Individual mandate. (Remember how we all argued that this was a progressive feature back when John Edwards and Hillary Clinton were championing it during the primaries?)

    No longer progressive without a public option, to the contrary it's forcing you to buy from a loosely regulated market.

    A significant expansion of Medicaid.

    Well, yes, this is good. Still means that only 2/5ths of the bill's spending is going to be public spending, and it'll be going to services only available under certain conditions. The other 3/5ths are invested in private companies.

    Subsidies for low and middle income workers that keeps premium costs under 10% of income.

    Hey, people who are barely scraping by as-is, don't worry, we won't make you cut more than 10%(!) of your budget for your new health burdens.

    Limits on ER charges to low-income uninsured emergency patients

    Don't have much information on this.

    Caps on out-of-pocket expenses.

    Again, it's just that what's considered reasonable expense is way too high.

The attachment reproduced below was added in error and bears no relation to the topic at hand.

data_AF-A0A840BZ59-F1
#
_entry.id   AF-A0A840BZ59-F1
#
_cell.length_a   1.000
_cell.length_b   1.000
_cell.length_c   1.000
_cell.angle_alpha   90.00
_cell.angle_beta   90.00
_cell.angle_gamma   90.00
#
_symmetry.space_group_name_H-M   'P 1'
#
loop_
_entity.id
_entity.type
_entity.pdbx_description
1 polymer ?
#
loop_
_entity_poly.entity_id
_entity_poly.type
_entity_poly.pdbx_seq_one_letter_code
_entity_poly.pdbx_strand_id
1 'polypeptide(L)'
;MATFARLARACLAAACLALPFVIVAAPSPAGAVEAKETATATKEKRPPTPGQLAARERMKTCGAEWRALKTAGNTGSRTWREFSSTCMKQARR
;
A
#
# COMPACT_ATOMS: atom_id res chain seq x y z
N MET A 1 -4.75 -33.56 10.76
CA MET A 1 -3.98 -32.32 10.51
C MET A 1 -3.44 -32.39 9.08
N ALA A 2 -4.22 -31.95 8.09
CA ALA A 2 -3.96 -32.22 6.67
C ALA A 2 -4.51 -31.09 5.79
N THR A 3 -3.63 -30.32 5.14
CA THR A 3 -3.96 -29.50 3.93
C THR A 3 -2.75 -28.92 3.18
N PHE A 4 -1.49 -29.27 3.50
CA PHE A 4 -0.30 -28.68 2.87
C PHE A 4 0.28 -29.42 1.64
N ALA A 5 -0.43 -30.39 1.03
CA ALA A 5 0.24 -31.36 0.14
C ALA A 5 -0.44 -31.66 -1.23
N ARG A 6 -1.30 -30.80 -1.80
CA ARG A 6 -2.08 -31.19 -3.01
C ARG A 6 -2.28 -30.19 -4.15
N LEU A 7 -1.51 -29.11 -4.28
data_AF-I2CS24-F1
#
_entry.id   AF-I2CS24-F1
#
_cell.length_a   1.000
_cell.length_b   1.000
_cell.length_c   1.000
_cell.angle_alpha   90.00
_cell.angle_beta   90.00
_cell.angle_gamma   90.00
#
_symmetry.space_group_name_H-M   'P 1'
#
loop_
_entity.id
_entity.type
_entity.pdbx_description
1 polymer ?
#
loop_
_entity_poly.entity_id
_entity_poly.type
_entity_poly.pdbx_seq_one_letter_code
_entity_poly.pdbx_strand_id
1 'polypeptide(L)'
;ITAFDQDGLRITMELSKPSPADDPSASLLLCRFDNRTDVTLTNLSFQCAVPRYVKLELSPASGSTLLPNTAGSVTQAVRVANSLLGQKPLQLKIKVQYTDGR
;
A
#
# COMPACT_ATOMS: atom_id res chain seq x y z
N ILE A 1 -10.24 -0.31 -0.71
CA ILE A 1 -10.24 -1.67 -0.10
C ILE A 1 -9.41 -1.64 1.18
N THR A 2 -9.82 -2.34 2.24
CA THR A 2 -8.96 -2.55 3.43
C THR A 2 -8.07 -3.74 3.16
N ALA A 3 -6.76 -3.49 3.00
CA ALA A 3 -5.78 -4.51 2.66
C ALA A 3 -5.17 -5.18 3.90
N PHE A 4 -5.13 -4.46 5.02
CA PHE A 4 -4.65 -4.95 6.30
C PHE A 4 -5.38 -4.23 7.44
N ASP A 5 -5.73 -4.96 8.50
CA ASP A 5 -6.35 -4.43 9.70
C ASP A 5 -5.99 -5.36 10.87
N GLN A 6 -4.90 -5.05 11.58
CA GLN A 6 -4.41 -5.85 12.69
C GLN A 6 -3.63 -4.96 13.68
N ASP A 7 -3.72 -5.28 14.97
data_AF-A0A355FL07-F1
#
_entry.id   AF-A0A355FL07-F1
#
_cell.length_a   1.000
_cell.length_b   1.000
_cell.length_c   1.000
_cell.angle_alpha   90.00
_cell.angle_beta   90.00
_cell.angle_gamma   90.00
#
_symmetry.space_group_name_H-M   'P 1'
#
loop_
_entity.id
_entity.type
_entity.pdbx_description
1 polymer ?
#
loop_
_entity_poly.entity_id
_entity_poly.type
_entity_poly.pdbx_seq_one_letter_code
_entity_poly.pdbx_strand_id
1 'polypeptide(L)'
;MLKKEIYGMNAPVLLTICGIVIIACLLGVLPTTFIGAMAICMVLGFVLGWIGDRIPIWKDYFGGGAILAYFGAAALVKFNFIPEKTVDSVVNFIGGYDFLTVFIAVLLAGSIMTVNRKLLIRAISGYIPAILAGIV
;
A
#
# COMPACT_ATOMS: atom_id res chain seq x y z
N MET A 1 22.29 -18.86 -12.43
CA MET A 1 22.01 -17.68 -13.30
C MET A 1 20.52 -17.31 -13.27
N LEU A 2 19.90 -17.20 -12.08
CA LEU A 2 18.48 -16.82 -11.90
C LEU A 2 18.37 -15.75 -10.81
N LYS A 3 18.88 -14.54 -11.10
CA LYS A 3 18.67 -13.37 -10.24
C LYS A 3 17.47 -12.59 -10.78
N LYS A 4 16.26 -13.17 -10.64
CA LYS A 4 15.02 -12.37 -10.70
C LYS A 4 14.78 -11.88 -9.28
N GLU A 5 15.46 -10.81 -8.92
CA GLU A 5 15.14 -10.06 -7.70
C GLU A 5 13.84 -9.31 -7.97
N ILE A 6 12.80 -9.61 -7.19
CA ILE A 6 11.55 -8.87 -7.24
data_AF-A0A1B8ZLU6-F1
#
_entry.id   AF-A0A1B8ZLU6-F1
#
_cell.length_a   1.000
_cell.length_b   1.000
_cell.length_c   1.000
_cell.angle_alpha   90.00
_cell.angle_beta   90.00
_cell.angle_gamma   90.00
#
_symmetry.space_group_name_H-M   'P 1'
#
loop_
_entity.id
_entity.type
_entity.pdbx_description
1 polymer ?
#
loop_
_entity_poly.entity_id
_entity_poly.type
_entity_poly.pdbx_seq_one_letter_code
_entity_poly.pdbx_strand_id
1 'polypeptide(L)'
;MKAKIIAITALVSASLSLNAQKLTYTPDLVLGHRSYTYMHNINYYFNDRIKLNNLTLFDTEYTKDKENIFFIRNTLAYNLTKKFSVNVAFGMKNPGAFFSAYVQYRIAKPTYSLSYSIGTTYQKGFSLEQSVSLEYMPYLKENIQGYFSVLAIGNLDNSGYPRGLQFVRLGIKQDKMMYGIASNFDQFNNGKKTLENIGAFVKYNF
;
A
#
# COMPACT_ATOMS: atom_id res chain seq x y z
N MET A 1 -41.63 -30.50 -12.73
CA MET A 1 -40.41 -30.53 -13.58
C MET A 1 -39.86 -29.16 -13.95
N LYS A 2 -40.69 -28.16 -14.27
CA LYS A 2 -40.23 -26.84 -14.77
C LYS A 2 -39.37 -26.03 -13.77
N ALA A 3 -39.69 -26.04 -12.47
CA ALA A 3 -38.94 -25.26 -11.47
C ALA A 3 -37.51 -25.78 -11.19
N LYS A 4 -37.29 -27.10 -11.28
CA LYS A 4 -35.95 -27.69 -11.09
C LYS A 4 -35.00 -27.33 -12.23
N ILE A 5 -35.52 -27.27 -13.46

A broad range of cost-containment measures.

    Oh? I haven't found any.

    I stand to benefit from this bill (especially now that a lot of things will happen in 2011 instead of 2014 now that the public option is scrapped) but there's no denying it's a load of crap for a lot of people.

    (also, oh hi, saw your linking to your blog on Hunter's and subscribed to RSS.)

  2. Mike-

    Thanks. I just noticed this now. Yeah, you make some valid points. That's why I'm a "reluctant supporter" of this at best.

    I'm especially with you on the public option and mandates. Without a public option, we're just forcing people to buy HMOs... And we've obviously seen how HMOs (don't) work.

    There are also other things, like the chintzy subsidies and soft "regulation" of the insurance industry, that I hope are sidelined for the stronger medicine in the House bill. Again, I'm just still holding out some kind of hope for some kind of salvageable final deal. Obama and Dem leaders really did give up too much in compromise after compromise after compromise to the ConservaDems, but I'm willing to grudgingly accept the final bill if it looks more like the House bill (sans the Stupid Stupak language).